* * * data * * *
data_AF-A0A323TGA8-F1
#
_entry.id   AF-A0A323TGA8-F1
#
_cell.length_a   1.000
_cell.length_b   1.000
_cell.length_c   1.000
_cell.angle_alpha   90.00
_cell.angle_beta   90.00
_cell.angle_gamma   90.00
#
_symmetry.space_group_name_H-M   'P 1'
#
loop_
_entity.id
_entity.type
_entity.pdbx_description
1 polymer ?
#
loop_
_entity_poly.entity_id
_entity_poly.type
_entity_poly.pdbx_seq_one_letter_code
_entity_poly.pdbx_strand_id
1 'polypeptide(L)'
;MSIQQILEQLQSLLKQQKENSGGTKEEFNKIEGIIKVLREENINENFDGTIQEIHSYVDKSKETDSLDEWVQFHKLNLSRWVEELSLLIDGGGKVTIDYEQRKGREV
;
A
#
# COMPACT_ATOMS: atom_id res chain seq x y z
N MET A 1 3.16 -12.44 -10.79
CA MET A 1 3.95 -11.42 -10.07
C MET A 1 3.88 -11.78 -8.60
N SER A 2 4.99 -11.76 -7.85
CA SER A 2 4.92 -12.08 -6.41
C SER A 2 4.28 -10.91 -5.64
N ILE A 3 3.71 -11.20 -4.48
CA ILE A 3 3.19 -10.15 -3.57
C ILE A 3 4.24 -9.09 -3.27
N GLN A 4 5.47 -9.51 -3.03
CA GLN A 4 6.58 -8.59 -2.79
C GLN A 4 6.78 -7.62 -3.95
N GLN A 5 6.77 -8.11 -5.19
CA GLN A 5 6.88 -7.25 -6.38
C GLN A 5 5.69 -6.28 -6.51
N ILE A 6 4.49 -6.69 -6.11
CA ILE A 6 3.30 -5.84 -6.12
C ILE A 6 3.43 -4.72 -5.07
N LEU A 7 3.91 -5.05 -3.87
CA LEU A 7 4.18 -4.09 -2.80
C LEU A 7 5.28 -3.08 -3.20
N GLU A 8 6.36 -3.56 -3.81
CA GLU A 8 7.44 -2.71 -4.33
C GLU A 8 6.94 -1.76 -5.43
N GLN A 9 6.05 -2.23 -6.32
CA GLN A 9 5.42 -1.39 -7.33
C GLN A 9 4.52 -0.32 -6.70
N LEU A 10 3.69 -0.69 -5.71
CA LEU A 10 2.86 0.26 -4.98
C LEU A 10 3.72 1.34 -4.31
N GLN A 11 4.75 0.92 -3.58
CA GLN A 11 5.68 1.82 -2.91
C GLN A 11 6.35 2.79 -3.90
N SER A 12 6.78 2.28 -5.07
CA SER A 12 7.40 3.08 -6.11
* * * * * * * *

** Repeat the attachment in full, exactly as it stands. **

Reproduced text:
data_AF-A0A323TGA8-F1
#
_entry.id   AF-A0A323TGA8-F1
#
_cell.length_a   1.000
_cell.length_b   1.000
_cell.length_c   1.000
_cell.angle_alpha   90.00
_cell.angle_beta   90.00
_cell.angle_gamma   90.00
#
_symmetry.space_group_name_H-M   'P 1'
#
loop_
_entity.id
_entity.type
_entity.pdbx_description
1 polymer ?
#
loop_
_entity_poly.entity_id
_entity_poly.type
_entity_poly.pdbx_seq_one_letter_code
_entity_poly.pdbx_strand_id
1 'polypeptide(L)'
;MSIQQILEQLQSLLKQQKENSGGTKEEFNKIEGIIKVLREENINENFDGTIQEIHSYVDKSKETDSLDEWVQFHKLNLSRWVEELSLLIDGGGKVTIDYEQRKGREV
;
A
#
# COMPACT_ATOMS: atom_id res chain seq x y z
N MET A 1 3.16 -12.44 -10.79
CA MET A 1 3.95 -11.42 -10.07
C MET A 1 3.88 -11.78 -8.60
N SER A 2 4.99 -11.76 -7.85
CA SER A 2 4.92 -12.08 -6.41
C SER A 2 4.28 -10.91 -5.64
N ILE A 3 3.71 -11.20 -4.48
CA ILE A 3 3.19 -10.15 -3.57
C ILE A 3 4.24 -9.09 -3.27
N GLN A 4 5.47 -9.51 -3.03
CA GLN A 4 6.58 -8.59 -2.79
C GLN A 4 6.78 -7.62 -3.95
N GLN A 5 6.77 -8.11 -5.19
CA GLN A 5 6.88 -7.25 -6.38
C GLN A 5 5.69 -6.28 -6.51
N ILE A 6 4.49 -6.69 -6.11
CA ILE A 6 3.30 -5.84 -6.12
C ILE A 6 3.43 -4.72 -5.07
N LEU A 7 3.91 -5.05 -3.87
CA LEU A 7 4.18 -4.09 -2.80
C LEU A 7 5.28 -3.08 -3.20
N GLU A 8 6.36 -3.56 -3.81
CA GLU A 8 7.44 -2.71 -4.33
C GLU A 8 6.94 -1.76 -5.43
N GLN A 9 6.05 -2.23 -6.32
CA GLN A 9 5.42 -1.39 -7.33
C GLN A 9 4.52 -0.32 -6.70
N LEU A 10 3.69 -0.69 -5.71
CA LEU A 10 2.86 0.26 -4.98
C LEU A 10 3.72 1.34 -4.31
N GLN A 11 4.75 0.92 -3.58
CA GLN A 11 5.68 1.82 -2.91
C GLN A 11 6.35 2.79 -3.90
N SER A 12 6.78 2.28 -5.07
CA SER A 12 7.40 3.08 -6.11